Other Books in Series
This is book number 1 in the Hilary Tamar series.
A young woman accused of murder while on holiday in Venice enlists a friend to come help her—but once they begin unraveling clues, there’s no telling what else will come to light.
“Sarah Caudwell is one of my very favorite mystery writers.”—A. J. Finn, New York Times bestselling author of The Woman in the Window
His was a body to die for . . .
Set to have a vacation away from her home life and the tax man, young barrister Julia Larwood takes a trip to Italy with her art-loving boyfriend. But when her personal copy of the current Finance Act is found a few meters away from a dead body, Julia finds herself caught up in a complex fight against the Inland Revenue.
Fortunately, she’s able to call on her fellow colleagues who enlist the help of their friend Oxford professor Hilary Tamar. However, all is not what it seems. Could Julia’s boyfriend in fact be an employee of the establishment she has been trying to escape from? And how did her romantic luxurious holiday end in murder?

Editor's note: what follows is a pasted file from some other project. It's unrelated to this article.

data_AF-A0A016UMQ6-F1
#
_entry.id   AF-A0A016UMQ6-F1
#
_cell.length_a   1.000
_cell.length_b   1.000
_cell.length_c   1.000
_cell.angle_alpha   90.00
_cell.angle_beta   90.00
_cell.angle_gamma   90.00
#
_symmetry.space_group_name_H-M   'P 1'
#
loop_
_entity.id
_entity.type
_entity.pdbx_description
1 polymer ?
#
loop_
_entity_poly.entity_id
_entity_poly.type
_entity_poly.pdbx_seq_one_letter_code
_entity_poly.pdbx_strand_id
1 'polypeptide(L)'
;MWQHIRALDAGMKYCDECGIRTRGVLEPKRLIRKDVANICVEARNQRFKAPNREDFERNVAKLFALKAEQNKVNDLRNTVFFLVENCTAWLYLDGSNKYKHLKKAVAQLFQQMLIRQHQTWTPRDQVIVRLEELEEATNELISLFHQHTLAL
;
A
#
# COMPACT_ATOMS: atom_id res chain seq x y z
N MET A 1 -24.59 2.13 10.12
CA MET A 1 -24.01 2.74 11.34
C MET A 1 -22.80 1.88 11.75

Don’t miss any of Sarah Caudwell’s riveting Hilary Tamar mysteries:
THUS WAS ADONIS MURDERED • THE SHORTEST WAY TO HADES • THE SIRENS SANG OF MURDER • THE SIBYL IN HER GRAVE
About the Author
Sarah Caudwell is the author of Thus Was Adonis Murdered, The Shortest Way to Hades, The Sirens Sang of Murder, and The Sibyl in Her Grave. She studied law at Oxford’s St. Anne’s College, was called to the Chancery Bar, and practiced as a barrister for several years in Lincoln’s Inn. Caudwell then joined the legal department of a major London bank, where she found herself specializing in international tax planning. Sarah Caudwell died in 2000.
“A tour de force . . . a hilarious comedy of manners.”—St. Louis Post-Dispatch
“An absolutely delightful mystery—erudite, witty, believable.”—The Arizona Daily Star
“Witty . . . clever . . . an elaborately plotted, very English and charming story.”—Publishers Weekly
“Caudwell’s light touch and the puzzle she presents make for a diverting tale.”—The Washington Post Book World
“A finely honed, icily witty gem of detective fiction.”—Mystery News